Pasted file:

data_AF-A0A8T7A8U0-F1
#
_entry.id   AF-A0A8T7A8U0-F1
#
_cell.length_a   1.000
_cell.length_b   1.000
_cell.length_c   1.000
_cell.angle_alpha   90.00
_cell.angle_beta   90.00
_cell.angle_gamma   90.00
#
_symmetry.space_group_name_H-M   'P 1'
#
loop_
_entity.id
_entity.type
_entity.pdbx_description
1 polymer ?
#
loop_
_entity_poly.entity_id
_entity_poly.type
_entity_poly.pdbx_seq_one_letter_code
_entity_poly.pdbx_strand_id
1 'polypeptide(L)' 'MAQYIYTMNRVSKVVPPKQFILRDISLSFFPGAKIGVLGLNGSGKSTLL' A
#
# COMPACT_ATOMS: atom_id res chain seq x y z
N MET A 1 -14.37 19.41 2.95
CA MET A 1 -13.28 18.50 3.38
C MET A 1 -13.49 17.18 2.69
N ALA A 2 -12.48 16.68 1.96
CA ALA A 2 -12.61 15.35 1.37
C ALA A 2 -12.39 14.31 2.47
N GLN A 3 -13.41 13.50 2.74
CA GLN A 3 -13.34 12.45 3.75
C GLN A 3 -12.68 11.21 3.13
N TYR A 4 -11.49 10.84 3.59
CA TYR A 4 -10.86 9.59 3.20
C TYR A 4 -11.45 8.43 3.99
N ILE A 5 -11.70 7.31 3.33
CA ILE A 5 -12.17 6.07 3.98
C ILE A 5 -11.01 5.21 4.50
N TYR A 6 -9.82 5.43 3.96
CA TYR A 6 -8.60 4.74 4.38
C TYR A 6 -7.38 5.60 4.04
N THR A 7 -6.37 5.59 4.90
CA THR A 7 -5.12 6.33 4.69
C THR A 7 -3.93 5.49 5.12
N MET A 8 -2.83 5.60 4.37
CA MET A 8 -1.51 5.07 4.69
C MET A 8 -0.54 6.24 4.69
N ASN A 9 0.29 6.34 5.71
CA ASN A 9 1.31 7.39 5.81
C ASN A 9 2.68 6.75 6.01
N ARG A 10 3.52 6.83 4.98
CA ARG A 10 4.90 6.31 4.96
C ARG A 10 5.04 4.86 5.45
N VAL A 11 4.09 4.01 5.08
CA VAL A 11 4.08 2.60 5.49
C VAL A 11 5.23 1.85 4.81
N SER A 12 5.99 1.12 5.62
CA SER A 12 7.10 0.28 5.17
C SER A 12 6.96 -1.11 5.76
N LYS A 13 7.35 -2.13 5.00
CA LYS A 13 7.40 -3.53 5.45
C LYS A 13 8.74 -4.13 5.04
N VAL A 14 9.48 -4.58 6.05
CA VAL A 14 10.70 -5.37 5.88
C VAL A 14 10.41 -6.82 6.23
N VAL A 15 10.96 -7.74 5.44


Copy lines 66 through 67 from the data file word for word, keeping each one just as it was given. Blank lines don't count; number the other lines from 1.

C LYS A 13 8.74 -4.13 5.04
N VAL A 14 9.48 -4.58 6.05